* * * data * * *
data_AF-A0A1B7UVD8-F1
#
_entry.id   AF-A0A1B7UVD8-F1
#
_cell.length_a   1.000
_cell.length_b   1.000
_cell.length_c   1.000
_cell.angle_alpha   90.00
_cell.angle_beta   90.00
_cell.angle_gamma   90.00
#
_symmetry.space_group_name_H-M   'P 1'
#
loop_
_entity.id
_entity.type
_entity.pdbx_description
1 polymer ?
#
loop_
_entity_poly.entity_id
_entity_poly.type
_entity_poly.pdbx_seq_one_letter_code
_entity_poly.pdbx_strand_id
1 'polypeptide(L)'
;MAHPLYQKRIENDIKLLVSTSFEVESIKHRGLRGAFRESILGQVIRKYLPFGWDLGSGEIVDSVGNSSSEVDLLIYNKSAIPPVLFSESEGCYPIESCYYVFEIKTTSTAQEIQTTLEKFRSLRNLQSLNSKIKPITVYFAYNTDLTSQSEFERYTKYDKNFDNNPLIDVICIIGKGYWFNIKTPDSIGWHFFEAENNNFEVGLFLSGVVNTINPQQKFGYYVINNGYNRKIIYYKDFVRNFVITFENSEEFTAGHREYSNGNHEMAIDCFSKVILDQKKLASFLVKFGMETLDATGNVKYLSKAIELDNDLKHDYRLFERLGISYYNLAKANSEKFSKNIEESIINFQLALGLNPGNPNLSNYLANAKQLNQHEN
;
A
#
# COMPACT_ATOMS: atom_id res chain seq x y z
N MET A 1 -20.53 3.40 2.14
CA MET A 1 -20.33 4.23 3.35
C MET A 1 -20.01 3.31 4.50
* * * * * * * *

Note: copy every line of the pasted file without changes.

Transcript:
data_AF-A0A1B7UVD8-F1
#
_entry.id   AF-A0A1B7UVD8-F1
#
_cell.length_a   1.000
_cell.length_b   1.000
_cell.length_c   1.000
_cell.angle_alpha   90.00
_cell.angle_beta   90.00
_cell.angle_gamma   90.00
#
_symmetry.space_group_name_H-M   'P 1'
#
loop_
_entity.id
_entity.type
_entity.pdbx_description
1 polymer ?
#
loop_
_entity_poly.entity_id
_entity_poly.type
_entity_poly.pdbx_seq_one_letter_code
_entity_poly.pdbx_strand_id
1 'polypeptide(L)'
;MAHPLYQKRIENDIKLLVSTSFEVESIKHRGLRGAFRESILGQVIRKYLPFGWDLGSGEIVDSVGNSSSEVDLLIYNKSAIPPVLFSESEGCYPIESCYYVFEIKTTSTAQEIQTTLEKFRSLRNLQSLNSKIKPITVYFAYNTDLTSQSEFERYTKYDKNFDNNPLIDVICIIGKGYWFNIKTPDSIGWHFFEAENNNFEVGLFLSGVVNTINPQQKFGYYVINNGYNRKIIYYKDFVRNFVITFENSEEFTAGHREYSNGNHEMAIDCFSKVILDQKKLASFLVKFGMETLDATGNVKYLSKAIELDNDLKHDYRLFERLGISYYNLAKANSEKFSKNIEESIINFQLALGLNPGNPNLSNYLANAKQLNQHEN
;
A
#
# COMPACT_ATOMS: atom_id res chain seq x y z
N MET A 1 -20.53 3.40 2.14
CA MET A 1 -20.33 4.23 3.35
C MET A 1 -20.01 3.31 4.50